Contrary to the popular belief, estate planning isn’t reserved for the rich and famous. You don’t have to acquire significant wealth to plan how it will be shared among your beneficiaries once you’re gone. The process involves common assets such as land, houses, jewelry, cash, and investments.

What’s the Importance of Estate Planning?

The AARP reports that only 40% of American adults have a written will. Although older people take this obligation seriously, a majority of Gen Xers and Millennials don’t. You stand to gain the following benefits if you incorporate estate planning into your long-term financial strategy:

1). Reduced Estate Taxes

State inheritance and federal estate taxes can quickly pile up if you don’t hire an estate planner. The process helps you transfer assets to beneficiaries in the most tax-efficient way possible. If you’re married, you can set up an AB trust and enjoy double the federal estate tax exemption.

There are various other estate planning methods that both individuals and spouses can utilize. A living trust is one that you set up while still alive, while a testamentary trust follows the terms of your will.

If it’s a revocable living trust, you may amend its terms whenever you want. Except on rare occasions, once you create and fund an irrevocable trust, its terms are legally binding forever.

2). Protection for Your Beneficiaries

Proper estate planning protects two main types of beneficiaries. The first is minors whose interests are taken care of until they’re old enough to inherit your wealth formally. Every state has laws outlining the appointment of a conservator to manage their financial needs until they turn 18 or 21.

It’s also necessary to protect adult beneficiaries from making poor financial decisions. These could be a result of influence from reckless friends, manipulative spouses, and poor judgment. In such situations, you can specify the exact terms under which they’ll gain access to the inheritance.

3). A Smoother Transition

You probably know a family that’s in a vicious fight for control of a deceased member’s fortune. It’s not uncommon for some beneficiaries to think the distribution of wealth doesn’t favor them. This situation might lead to costly court battles and the disintegration of a family that was once united.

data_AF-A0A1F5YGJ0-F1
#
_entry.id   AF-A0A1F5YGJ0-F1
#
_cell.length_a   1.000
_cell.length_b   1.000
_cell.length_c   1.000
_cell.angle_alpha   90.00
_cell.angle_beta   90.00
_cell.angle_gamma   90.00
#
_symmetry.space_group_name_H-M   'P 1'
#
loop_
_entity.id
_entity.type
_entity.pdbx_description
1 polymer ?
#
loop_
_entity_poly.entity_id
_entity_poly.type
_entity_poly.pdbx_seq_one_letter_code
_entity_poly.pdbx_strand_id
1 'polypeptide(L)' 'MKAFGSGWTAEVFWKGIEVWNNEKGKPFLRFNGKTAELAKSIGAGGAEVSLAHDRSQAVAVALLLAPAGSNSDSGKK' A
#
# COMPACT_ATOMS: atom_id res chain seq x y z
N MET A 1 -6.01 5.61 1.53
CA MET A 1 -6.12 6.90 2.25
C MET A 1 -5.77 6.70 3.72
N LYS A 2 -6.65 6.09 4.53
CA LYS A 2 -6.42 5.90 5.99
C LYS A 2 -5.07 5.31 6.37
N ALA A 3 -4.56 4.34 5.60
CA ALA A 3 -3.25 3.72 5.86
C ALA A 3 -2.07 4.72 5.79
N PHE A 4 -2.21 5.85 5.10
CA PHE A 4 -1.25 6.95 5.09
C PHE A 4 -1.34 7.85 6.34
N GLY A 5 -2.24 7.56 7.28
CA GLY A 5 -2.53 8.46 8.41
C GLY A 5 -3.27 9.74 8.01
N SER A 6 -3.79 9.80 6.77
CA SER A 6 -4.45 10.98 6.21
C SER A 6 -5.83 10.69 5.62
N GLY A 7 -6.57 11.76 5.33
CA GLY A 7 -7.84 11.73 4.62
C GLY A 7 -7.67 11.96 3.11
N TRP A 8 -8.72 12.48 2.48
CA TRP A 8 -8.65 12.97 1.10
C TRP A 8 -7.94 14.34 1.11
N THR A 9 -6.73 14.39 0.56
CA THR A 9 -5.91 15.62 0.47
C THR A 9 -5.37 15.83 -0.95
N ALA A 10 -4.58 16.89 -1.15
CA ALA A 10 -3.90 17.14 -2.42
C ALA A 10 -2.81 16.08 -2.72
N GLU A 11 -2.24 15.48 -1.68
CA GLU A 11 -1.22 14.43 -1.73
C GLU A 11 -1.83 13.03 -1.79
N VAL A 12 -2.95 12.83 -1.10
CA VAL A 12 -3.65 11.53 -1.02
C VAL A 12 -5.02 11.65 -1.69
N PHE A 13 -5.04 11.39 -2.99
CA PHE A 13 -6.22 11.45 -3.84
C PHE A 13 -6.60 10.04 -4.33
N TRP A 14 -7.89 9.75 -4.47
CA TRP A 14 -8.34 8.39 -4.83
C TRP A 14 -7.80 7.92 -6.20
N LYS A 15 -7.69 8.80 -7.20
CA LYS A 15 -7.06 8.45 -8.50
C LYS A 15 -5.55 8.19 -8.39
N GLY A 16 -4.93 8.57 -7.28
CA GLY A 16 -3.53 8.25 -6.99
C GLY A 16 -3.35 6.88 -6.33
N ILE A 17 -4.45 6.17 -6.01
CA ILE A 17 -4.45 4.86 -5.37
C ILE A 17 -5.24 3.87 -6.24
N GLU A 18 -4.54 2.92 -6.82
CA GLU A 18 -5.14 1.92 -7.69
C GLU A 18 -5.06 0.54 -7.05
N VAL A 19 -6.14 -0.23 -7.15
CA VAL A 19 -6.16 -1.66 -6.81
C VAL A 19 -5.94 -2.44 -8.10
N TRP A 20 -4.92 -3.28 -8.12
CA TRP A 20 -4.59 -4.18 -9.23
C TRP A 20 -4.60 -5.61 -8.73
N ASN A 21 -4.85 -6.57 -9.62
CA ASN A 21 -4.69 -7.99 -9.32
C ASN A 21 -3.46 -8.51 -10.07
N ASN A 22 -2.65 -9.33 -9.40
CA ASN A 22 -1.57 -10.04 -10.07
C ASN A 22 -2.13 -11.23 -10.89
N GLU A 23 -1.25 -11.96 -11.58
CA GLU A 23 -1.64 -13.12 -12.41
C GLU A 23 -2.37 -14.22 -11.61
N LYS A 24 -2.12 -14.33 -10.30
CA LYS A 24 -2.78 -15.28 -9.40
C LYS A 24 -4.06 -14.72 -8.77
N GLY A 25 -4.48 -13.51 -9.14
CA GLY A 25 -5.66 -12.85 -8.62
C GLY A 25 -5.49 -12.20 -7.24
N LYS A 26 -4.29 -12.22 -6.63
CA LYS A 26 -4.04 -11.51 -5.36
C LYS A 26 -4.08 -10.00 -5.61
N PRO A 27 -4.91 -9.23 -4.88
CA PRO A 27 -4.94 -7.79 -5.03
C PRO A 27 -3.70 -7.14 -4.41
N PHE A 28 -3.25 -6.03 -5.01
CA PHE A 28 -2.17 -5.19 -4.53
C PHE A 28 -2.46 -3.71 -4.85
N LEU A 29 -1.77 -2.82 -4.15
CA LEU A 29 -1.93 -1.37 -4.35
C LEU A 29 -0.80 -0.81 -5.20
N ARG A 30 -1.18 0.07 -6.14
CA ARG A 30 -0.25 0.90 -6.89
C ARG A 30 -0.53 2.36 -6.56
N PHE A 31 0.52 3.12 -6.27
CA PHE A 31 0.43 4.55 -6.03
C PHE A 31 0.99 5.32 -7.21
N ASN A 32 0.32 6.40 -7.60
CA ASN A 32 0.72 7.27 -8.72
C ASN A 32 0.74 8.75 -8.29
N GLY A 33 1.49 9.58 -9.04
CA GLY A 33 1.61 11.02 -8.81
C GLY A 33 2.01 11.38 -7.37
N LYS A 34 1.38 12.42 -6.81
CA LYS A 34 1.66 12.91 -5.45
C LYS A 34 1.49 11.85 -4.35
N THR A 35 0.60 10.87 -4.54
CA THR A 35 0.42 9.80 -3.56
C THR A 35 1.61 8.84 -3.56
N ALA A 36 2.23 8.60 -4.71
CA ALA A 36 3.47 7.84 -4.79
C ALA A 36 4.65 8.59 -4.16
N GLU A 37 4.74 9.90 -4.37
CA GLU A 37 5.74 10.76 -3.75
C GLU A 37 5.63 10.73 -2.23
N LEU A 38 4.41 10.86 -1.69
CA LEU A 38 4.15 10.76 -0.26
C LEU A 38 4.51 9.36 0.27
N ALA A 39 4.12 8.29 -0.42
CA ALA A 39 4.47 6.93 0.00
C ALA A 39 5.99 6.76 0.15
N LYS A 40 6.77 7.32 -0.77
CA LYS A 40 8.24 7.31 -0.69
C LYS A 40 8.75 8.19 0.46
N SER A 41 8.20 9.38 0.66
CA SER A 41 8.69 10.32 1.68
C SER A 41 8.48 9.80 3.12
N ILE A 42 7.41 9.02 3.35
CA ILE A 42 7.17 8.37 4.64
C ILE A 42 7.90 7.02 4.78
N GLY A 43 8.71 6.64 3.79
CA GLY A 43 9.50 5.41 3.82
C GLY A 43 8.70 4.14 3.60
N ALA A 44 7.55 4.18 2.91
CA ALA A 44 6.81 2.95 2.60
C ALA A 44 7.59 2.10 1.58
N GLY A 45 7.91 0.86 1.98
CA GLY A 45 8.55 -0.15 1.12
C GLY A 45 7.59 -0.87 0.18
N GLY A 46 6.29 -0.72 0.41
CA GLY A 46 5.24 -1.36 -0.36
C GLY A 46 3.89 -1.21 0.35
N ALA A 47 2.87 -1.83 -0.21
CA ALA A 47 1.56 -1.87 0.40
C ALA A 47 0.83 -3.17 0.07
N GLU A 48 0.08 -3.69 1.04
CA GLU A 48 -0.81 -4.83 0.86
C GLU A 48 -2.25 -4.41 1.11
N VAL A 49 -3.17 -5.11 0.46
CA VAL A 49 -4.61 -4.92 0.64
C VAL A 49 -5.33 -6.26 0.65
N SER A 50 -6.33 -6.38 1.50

An estate plan determines the role of each beneficiary if you’re no longer able to mentally and physically handle your affairs. It also gives you ample time to make customized arrangements for each child.

They include future medical and educational plans, as well as the needs of children from more than one spouse. Instead of dividing wealth equally, you may do so depending on what you feel each child deserves.

4). Avoiding Probate

This process is one of the biggest reasons for conducting estate planning. Other than authenticating a deceased person’s will, probate calculates the value of their assets.

It also settles any bills and taxes you might have accrued, then shares what remains among your beneficiaries. Probate can turn into a long and messy procedure, so it’s advisable to avoid it altogether.

5). Family Wealth Protection

Because you’ve worked so hard for your wealth, you naturally want it to benefit your descendants for the longest time. Estate planning protects it by creating legal entities that are harder to challenge through malicious lawsuits and fraudulent schemes.

It allows you to teach your children the value of managing their future inheritance for the sake of their beneficiaries. It’s also a smart way of legacy planning. You can decide how you want the society to remember you by specifying the kind of philanthropic activities your trust will support long after you’re gone.

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